Sales of game meat increased by 8.6 per cent in the last year to £114 million, according to a report obtained by the UK's largest shooting organisation, the British Association for Shooting and Conservation (BASC).
The research, obtained from independent market researcher Mintel, shows that sales of game meat have increased for the fourth year running.
The report shows 14 per cent of the UK population eat game with half of that group eating game between three or four times a week to once or twice a month.
The report shows that 25-34-year-olds eat the broadest range of types of unprocessed game meat. This is in line with this age group typically having a more adventurous attitude towards food and drink, with a greater tendency to seek out new foods and flavours to try.
Sixty seven per cent of consumers say that being able to trace a meat product back to the farm or estate it came from would make it more trustworthy.
While 'flexitarian' and meat-free diets have seen a rising profile in recent years, red meat, poultry and game remain an ingrained part of British diets. The report says 93 per cent of adults have eaten unprocessed meat in the three months to August 2017.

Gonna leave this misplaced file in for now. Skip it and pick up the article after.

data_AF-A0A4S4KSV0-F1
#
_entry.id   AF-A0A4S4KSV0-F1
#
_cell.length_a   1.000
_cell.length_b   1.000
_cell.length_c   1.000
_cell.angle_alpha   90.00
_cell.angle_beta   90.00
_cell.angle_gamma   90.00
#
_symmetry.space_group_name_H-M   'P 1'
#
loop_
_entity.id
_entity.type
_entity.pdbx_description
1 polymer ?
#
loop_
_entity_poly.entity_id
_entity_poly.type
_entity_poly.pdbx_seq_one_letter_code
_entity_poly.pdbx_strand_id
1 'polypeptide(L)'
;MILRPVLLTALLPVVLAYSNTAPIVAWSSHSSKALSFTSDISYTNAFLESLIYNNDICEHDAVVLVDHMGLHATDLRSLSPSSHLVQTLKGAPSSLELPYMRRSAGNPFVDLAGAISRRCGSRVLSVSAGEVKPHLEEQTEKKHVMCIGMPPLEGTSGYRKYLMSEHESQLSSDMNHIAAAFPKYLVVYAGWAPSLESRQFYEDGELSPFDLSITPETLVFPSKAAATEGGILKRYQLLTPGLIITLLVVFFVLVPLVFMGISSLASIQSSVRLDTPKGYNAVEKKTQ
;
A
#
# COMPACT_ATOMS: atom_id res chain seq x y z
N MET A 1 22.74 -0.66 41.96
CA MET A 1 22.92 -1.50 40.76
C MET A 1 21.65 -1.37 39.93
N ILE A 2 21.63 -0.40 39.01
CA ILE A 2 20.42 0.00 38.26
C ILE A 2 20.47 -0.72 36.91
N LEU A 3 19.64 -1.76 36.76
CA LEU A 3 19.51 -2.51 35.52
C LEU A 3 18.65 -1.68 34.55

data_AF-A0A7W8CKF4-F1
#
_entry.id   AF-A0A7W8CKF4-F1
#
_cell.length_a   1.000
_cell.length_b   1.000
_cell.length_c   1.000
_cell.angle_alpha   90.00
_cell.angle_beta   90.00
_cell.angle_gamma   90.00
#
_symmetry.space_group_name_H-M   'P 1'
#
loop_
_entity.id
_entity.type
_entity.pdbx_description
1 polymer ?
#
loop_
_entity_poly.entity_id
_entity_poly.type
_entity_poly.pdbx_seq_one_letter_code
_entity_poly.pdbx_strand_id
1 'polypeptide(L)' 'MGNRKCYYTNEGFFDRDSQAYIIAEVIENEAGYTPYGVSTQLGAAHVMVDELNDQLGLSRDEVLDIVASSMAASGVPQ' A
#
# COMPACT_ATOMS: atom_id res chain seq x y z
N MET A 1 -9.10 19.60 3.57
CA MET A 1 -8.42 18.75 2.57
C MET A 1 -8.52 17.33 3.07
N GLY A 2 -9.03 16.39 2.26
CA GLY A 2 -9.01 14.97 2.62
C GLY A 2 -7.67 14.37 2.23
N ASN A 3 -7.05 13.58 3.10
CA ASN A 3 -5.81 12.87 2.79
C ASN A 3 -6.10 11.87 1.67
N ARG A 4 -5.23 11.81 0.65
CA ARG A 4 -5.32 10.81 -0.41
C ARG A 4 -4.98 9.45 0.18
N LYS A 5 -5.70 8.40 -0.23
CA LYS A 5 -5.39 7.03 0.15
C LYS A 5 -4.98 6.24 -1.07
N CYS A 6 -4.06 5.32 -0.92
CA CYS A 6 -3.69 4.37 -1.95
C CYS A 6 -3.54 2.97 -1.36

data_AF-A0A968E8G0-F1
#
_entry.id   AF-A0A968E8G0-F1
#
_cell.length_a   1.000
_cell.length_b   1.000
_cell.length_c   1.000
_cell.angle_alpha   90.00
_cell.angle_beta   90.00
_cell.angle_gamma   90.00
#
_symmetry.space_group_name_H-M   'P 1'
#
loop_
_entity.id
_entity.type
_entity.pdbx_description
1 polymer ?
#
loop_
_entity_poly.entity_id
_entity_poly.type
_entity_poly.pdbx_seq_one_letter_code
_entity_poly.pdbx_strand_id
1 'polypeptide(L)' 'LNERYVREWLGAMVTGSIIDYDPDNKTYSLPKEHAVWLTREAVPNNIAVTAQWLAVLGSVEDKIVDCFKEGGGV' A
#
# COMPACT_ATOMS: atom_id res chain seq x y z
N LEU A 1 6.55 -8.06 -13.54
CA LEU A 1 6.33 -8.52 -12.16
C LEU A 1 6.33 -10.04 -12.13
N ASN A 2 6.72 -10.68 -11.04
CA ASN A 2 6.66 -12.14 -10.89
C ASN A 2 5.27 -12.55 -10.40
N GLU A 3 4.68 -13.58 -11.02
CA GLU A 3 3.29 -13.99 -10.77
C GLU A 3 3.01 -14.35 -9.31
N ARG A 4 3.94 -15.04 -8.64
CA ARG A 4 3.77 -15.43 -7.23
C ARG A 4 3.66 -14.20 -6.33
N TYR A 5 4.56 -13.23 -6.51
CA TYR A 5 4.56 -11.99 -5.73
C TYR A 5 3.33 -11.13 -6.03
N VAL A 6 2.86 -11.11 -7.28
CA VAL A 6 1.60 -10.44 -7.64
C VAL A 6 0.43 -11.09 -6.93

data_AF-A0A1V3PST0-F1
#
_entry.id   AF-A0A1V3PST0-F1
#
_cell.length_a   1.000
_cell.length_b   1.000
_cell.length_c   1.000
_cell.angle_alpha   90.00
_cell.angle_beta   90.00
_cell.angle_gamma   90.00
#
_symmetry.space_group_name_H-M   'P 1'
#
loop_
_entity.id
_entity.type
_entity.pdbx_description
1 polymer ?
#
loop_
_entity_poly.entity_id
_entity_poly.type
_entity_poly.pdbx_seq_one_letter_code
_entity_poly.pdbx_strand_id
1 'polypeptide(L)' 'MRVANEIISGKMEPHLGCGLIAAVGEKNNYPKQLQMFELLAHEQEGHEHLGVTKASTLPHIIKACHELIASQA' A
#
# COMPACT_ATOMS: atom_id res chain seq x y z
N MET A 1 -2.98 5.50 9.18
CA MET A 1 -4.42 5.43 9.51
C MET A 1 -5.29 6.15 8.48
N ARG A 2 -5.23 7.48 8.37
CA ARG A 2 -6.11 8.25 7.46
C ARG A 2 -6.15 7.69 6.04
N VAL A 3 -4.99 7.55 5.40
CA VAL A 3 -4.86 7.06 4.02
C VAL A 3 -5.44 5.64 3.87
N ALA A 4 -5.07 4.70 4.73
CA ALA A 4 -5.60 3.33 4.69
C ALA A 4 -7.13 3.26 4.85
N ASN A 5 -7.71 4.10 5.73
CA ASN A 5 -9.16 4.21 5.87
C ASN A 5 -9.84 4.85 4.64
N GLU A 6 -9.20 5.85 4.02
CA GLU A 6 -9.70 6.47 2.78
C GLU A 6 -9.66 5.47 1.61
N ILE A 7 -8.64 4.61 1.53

Annette Woolcock, development manager for BASC's Taste of Game game meat promotion campaign, said: "The growth enjoyed by game meat in recent years has largely stemmed from niche products and increased availability.
"There is still considerable potential to grow volume sales through wider distribution i.e. adding value with ready meals etc. which the industry has not really embraced yet. It is extremely important that the development of game meat products is increased.
“However, the sustainable supply of game meat to the food chain is one of the most important issues facing game shooting. All shoots must take responsibility to ensure they have a sustainable market for what they shoot before they shoot. People who shoot can help with this by spreading the word about the great taste of game. They could give a dressed brace to a friend or speak to local pubs and restaurants about putting it on the menu."